Let’s just call the “bipartisan” transportation bill, HB17-1242, what it is – a massive tax increase. If this bill (and the transportation debate) was really about providing transportation funds, a different bill, HB17-1171 would have passed easily. HB17-1171 would have directed 10 percent of state sales and use tax to transportation projects across Colorado. According to the Republican sponsors, Reps. Terri Carver and Perry Buck, the bill, which still would have required a vote of the people, would have raised approximately $250 million to service a $3.5 billion bond for projects listed in the statute and approximately $280 million per year for road maintenance.
But it didn’t pass. The bill, meant to achieve the same goals as 1242, without raising taxes, died in the House on a party line vote, meaning that Democrats killed it. In case you aren’t following, to be crystal clear, if transportation funding was the goal, this should have been a no-brainer for both sides of the aisle. But transportation funding is not Democrats’ goal – it’s probably just the issue that polled the best. The transportation funding is just the “why” behind a tax increase, in the mind of Democrats.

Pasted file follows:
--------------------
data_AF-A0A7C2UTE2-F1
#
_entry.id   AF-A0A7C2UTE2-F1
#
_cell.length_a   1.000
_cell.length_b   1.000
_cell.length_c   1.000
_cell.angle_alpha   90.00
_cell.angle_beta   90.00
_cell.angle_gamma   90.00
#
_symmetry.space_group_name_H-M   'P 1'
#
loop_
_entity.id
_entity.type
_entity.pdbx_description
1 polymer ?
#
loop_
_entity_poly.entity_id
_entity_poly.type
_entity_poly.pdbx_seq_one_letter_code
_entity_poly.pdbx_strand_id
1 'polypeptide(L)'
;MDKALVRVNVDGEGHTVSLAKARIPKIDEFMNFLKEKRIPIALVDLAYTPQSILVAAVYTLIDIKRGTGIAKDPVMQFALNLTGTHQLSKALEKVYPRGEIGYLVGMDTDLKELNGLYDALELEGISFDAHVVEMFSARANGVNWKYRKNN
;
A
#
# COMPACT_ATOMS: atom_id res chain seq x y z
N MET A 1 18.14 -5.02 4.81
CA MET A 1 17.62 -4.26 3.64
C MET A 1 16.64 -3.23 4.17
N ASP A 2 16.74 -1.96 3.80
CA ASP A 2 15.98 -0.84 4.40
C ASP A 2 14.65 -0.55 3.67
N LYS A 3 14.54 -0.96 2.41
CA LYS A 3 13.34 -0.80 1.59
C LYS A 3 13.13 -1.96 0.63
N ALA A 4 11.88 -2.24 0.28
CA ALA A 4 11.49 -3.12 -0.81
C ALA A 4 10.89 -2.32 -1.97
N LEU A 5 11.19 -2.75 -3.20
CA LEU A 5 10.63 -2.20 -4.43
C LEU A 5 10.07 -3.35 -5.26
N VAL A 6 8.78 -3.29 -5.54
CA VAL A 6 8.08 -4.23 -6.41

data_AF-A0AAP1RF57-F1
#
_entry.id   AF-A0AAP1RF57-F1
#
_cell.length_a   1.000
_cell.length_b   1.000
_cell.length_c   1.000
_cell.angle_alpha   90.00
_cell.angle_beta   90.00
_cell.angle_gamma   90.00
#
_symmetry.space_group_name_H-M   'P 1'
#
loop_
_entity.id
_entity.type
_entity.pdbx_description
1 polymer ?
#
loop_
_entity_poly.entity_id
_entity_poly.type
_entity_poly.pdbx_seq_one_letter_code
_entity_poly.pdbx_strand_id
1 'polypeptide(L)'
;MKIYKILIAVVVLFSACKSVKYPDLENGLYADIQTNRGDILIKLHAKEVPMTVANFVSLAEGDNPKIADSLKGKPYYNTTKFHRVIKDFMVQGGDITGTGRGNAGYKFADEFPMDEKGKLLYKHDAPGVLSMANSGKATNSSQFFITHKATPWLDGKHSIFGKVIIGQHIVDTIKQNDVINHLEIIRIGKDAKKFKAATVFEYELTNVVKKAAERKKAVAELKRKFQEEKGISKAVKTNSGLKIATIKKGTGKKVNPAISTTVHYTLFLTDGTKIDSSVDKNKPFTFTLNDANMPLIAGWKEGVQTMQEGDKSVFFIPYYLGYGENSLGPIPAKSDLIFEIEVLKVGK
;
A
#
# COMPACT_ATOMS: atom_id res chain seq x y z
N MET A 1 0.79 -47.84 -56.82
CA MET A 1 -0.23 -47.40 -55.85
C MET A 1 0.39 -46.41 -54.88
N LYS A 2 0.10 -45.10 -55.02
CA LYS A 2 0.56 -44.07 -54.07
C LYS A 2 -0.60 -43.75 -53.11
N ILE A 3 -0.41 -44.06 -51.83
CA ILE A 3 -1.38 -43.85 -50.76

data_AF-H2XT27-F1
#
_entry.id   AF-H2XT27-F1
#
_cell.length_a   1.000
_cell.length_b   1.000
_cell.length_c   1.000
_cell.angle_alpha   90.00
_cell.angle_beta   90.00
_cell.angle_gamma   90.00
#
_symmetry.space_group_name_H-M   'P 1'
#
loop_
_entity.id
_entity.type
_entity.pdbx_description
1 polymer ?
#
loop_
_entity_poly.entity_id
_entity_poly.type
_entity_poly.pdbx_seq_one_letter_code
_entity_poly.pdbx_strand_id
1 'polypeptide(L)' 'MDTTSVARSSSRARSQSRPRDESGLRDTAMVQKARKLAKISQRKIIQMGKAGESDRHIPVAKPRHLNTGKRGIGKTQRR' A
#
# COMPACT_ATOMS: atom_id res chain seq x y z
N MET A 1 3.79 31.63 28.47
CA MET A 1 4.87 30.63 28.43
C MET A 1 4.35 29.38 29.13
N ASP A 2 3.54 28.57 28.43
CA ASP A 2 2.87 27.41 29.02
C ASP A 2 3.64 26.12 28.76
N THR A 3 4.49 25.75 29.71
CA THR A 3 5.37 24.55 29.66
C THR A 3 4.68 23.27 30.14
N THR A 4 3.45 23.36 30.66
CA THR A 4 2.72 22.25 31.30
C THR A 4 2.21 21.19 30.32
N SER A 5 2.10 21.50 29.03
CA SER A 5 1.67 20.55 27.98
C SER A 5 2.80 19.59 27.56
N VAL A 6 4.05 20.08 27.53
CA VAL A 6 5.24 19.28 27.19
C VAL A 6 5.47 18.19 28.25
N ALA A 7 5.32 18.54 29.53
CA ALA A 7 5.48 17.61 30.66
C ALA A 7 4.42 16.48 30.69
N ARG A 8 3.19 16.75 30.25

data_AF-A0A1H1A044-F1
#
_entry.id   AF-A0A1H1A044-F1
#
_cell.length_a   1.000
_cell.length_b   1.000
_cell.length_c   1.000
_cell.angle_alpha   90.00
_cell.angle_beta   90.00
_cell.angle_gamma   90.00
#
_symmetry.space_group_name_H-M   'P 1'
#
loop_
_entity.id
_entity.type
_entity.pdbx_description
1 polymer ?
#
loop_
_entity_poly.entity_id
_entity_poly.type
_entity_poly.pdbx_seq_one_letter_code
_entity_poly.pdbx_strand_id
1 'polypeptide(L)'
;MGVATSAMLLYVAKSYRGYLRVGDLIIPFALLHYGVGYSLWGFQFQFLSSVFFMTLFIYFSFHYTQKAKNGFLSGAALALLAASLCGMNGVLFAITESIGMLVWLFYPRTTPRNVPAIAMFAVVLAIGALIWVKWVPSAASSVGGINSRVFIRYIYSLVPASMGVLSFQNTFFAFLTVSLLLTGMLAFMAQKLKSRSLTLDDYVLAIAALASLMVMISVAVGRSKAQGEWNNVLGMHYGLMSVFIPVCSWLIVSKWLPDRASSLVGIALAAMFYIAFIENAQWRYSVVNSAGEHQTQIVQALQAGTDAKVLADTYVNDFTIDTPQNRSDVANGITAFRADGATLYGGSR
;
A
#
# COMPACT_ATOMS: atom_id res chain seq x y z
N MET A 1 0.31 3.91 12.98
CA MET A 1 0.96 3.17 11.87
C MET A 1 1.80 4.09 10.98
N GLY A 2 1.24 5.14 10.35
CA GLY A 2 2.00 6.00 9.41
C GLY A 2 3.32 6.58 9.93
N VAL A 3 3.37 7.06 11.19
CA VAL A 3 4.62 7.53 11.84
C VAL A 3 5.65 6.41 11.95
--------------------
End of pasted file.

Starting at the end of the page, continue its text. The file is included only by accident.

Rep. Carver’s statement from a press release:
“When I have town halls around my district in western El Paso County, voters are shocked that we don’t have transportation funding as a regular part of the state General Fund budget. Transportation is a core government function, and should be a priority in the state General fund budget. How can we ask voters for a tax increase for transportation, when we have not made transportation funding a priority in the state budget?”
Indeed. It is shocking that Democrats consistently refuse to prioritize transportation funding, but come to taxpayers for more and more money for their pet projects.